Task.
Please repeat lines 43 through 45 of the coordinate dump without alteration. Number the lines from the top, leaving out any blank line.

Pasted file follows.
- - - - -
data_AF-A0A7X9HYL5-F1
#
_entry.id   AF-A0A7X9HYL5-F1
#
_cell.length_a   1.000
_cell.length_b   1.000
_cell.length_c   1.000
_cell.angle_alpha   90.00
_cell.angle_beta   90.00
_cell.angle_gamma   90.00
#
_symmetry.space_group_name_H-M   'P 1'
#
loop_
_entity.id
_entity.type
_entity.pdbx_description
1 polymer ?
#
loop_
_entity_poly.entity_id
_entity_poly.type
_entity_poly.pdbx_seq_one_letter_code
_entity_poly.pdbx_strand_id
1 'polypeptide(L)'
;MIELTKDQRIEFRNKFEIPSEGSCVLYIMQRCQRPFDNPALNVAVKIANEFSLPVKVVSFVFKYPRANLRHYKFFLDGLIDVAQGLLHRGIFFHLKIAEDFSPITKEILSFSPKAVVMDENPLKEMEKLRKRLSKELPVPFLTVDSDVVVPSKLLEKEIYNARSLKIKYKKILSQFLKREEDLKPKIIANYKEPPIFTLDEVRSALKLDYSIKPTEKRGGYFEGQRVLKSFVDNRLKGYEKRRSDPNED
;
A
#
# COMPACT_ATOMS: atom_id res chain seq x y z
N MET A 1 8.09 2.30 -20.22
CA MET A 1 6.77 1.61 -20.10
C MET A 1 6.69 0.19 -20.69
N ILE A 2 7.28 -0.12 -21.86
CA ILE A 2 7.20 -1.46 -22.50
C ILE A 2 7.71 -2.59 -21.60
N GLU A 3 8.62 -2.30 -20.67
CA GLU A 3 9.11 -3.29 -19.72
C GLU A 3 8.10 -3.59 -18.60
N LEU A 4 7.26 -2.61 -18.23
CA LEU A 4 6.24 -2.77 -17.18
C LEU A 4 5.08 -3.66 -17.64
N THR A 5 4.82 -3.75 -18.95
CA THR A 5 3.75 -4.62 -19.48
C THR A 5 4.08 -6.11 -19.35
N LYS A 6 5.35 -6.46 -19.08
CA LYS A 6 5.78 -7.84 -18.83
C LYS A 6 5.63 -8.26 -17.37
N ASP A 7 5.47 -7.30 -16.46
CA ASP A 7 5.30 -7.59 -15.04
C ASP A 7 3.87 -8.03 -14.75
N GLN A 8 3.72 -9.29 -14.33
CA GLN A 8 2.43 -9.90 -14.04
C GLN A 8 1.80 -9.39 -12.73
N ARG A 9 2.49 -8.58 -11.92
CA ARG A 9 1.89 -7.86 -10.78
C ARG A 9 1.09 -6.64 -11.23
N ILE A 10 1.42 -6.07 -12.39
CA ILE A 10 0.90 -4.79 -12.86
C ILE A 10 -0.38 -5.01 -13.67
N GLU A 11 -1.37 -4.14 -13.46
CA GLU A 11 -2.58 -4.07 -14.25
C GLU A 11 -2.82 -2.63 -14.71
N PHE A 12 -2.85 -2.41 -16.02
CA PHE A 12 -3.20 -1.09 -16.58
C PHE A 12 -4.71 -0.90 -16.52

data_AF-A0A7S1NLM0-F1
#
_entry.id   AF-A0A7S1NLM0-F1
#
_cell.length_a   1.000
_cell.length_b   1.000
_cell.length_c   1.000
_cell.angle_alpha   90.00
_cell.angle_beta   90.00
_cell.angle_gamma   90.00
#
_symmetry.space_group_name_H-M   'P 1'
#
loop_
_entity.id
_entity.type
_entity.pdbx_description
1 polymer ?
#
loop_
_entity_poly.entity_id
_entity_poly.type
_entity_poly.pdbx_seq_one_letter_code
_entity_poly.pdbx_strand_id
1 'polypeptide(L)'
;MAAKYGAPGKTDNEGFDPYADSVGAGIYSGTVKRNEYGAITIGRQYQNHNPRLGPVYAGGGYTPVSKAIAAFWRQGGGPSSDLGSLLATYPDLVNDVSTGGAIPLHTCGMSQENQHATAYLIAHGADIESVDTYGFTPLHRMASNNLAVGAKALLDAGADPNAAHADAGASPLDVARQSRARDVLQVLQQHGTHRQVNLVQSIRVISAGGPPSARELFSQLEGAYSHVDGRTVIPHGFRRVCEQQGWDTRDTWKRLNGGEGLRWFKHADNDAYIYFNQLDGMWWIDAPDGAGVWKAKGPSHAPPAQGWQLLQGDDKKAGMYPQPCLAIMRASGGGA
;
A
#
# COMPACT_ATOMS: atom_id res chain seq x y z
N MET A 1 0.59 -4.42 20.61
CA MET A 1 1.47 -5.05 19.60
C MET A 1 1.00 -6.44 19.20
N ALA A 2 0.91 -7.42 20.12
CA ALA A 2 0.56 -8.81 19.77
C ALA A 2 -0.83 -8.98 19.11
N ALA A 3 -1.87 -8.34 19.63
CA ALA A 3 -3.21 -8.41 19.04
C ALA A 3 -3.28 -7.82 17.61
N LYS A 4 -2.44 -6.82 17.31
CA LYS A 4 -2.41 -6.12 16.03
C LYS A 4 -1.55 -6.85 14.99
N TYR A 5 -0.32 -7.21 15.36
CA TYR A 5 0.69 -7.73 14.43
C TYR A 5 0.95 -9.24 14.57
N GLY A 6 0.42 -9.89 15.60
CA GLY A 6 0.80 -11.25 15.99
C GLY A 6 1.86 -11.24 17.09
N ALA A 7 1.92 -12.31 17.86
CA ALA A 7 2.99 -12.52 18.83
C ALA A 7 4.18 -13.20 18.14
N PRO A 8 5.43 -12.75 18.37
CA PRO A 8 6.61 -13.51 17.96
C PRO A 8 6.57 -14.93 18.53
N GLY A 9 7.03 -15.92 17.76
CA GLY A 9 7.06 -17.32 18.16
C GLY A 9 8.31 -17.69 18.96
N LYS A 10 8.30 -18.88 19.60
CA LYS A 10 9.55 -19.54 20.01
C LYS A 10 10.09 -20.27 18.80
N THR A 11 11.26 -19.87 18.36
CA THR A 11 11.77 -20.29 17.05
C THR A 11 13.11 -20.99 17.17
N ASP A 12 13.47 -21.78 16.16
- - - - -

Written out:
N THR A 5 4.82 -3.75 -18.95
CA THR A 5 3.75 -4.62 -19.48
C THR A 5 4.08 -6.11 -19.35